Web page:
The concentration of yeast cells in the fermenting mash was measured using turbidimetric (absorbance at 600 nm) method and by determining dry weight of yeast cells (Lagzouli et al., 2007). Dry cell weight was determined gravimetrically by the method of Olsson and Nielsen (1997). Nitrogen content of yeast biomass was determined by micro-Kjeldhal method. The crude protein values were obtained by multiplying the nitrogen content by 6.25 (Lopez et al., 2010). Total sugar was analyzed using the procedure mentioned in AOAC adapted methods (AOAC, 2016). Reducing sugars was determined colorimetrically using a dinitrosalicylic (DNS) acid reagent (Miller, 1959).
 
Design of the experiment using RSM
 
A 23 factorial design was implemented in order to evaluate the optimum operational conditions for the batch fermentation of S. cerevisiae SKM10 using mango residue medium. The dependant variables chosen were protein content in yeast, yeast growth and sugar content. The independent variables used for this study were inoculum size and concentration of initial sugar substrate in the medium. The units and the coded levels of the independent variables are shown in Table 1. Experimental data are mean of triplicate determination.
 
 
Statistical analysis
 
Statistical analysis was carried out using the Design Expert version 10.0.6 software (Stat-Ease Corp., Minneapolis). A three-level full factorial design was used to develop a quantitative interpretation of mathematical models between the two variables studied: rate of inoculum [2.0 to 12.0% (v/v)] and concentration of substrate [5 to 10 (g/L)]. Analysis of variance (ANOVA) was performed and the significance of the model was examined with Fisher’s statistical test (F-test) used for the significant difference between the sources of variation in experimental results, significance of regression, and coefficient of multiple determination (R2).


 RESULTS AND DISCUSSION

Optimization of parameters by RSM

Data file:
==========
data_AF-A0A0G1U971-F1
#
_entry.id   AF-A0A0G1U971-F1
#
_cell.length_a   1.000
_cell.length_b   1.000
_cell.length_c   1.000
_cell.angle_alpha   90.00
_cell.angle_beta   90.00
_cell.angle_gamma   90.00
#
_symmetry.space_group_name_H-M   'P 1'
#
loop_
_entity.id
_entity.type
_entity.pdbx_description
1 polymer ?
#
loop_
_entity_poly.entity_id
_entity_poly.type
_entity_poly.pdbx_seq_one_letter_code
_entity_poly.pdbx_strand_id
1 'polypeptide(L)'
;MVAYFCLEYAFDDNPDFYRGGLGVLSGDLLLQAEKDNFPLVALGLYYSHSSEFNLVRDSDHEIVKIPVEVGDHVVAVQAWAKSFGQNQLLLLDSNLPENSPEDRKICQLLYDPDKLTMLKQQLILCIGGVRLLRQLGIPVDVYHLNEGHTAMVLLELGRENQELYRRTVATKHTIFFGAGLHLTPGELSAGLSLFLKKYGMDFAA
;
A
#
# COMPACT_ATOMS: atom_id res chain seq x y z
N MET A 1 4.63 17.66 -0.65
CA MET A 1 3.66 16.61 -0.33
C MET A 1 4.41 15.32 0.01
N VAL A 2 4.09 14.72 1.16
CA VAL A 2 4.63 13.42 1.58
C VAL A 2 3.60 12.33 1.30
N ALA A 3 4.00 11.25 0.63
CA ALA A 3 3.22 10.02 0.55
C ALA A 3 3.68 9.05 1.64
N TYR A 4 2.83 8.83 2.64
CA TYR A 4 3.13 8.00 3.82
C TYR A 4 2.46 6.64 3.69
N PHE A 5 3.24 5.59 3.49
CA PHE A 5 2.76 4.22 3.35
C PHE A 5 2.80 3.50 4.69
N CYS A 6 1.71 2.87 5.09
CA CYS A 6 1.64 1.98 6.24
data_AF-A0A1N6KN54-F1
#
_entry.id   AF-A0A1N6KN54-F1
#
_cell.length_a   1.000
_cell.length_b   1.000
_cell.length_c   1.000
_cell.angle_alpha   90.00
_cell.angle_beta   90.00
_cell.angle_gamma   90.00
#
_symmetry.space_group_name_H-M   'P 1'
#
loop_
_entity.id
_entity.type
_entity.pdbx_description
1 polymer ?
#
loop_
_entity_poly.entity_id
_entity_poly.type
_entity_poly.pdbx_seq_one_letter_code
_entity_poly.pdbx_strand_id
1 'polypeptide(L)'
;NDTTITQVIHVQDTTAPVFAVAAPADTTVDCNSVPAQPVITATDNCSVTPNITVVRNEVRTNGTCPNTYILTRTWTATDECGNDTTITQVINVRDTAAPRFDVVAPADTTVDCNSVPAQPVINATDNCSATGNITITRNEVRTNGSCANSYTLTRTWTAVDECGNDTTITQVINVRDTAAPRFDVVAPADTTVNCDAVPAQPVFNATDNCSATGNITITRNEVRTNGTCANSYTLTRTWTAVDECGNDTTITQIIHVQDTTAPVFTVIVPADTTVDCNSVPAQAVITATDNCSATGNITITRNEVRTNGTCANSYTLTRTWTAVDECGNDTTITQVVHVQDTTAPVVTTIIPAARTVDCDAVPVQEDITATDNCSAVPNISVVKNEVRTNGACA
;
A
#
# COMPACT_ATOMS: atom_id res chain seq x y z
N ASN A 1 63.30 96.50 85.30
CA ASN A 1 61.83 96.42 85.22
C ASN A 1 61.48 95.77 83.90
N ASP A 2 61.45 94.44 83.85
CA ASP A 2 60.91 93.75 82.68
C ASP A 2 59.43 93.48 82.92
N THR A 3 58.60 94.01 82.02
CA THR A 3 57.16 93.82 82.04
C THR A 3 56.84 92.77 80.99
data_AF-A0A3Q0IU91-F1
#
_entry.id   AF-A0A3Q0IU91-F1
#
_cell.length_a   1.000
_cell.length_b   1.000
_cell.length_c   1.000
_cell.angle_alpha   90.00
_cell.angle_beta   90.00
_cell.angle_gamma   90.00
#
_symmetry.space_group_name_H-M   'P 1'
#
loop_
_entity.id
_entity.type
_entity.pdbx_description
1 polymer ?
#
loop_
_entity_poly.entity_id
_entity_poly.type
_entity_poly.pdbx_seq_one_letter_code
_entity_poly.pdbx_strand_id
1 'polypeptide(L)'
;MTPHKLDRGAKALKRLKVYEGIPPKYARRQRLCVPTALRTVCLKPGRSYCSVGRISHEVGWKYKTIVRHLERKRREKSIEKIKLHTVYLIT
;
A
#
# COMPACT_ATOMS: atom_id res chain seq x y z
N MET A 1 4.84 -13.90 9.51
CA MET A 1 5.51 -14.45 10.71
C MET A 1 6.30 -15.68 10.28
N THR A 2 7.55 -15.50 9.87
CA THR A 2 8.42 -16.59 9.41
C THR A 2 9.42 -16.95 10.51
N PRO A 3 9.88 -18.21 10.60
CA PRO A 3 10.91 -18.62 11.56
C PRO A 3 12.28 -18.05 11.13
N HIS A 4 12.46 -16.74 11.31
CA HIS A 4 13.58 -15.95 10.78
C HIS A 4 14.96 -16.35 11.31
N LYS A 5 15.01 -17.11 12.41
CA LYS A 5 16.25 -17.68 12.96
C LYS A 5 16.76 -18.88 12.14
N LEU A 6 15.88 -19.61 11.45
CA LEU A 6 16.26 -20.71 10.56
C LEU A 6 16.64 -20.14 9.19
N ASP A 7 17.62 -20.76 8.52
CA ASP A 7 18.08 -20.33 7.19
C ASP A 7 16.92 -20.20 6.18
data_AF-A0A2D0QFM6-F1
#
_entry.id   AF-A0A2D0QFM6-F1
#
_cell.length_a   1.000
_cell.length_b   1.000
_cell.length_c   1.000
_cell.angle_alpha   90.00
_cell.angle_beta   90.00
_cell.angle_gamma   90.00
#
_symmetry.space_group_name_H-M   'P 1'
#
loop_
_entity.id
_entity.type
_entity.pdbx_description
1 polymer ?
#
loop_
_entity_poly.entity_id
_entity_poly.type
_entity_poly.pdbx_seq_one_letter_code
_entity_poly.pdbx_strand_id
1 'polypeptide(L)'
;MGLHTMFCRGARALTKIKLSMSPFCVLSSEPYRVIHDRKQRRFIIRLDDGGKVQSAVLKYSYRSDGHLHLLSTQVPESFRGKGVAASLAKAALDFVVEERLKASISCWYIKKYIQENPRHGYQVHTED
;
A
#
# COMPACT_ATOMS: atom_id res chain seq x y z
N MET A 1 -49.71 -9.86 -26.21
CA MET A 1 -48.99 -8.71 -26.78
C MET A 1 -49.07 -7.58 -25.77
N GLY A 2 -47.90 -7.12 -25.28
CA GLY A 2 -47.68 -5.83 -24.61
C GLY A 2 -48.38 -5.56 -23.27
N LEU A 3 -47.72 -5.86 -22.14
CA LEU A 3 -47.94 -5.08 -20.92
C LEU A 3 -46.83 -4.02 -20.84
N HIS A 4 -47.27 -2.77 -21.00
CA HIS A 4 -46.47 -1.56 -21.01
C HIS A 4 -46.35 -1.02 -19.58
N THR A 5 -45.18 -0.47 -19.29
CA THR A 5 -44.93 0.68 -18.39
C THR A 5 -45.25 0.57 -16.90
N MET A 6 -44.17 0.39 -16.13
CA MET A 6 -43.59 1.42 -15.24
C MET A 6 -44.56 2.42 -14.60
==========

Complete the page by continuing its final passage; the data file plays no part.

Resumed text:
The 3-level full factorial experimental design matrix and the results obtained for all dependent variables are shown in Table 2. These results were used to develop RSMs based on the following equation:
 
 
 
Where, Y (n:1-3) is the dependent variable, Xi and Xj are the independent variables, β: exposant, αi and αj are the coefficients obtained by multiple regression of the experimental data.
 
The analysis of the experimental data was carried out using the RSM for optimization of experimental parameters. The different equations generated are shown in Table 3.
 
 
The ANOVA of the quadratic model is shown in Table 4. The models F-value showed 10.78, 15.20 and 13.89, respectively for protein content, sugar content and yeast cell biomass as the dependent variables. R2 values were found respectively as 0.88, 0.99 and 0.95. 
 
 
Regression analysis was used to identify critical components with significant p value (<0.05) influencing the production. Their different models P-value (Prob>F) ranged at significant level (P<0.05). These corresponding P-values suggest that, dependent variables used in the study are significant model terms. The production of yeast cell biomass (P=0.0013) was the largest influenced by rate of inoculum and substrate concentration, followed by sugar content of yeast (P=0.025) and protein content (P=0.043).  
 
Production of sugar content in yeast
 
The analysis of response surface indicated that sugar content of yeast ranged from 15.6 to 29.85% (w/w) as shown in Figure 1. The highest sugar content (29.85% (w/w)) was produced at 7% (v/v) of inoculum and 8% (g/L) of substrate concentration. However, sugar content decreased under optimal condition. 
 
 
Efficiency of sugar production was strongly correlated (R2=0.025) to influence both factors: inoculum and nature and concentration of substrate. This correlation was confirmed by ANOVA test which revealed high value of R2 (0.88) mentioned in Table 4. The predicted optimal value, 29.85% (w/w) has demonstrated an increase of 47.74% considering the initial condition (Inoculum 2% and substrate 5%). Maximal sugar content in this study was higher compared to that of Rosma et al. (2005) found on yeast cell [27.17% (w/w)] and lower than those obtained (40.7 and 32.77% (w/w)), respectively by Forster et al. (2003) and Verduyn (1991). The difference of results in this experiment with other authors could be explained with the nature of substrate, the  strain   genetic   background   and   the   oxygenation degree (Carnicer et al., 2009).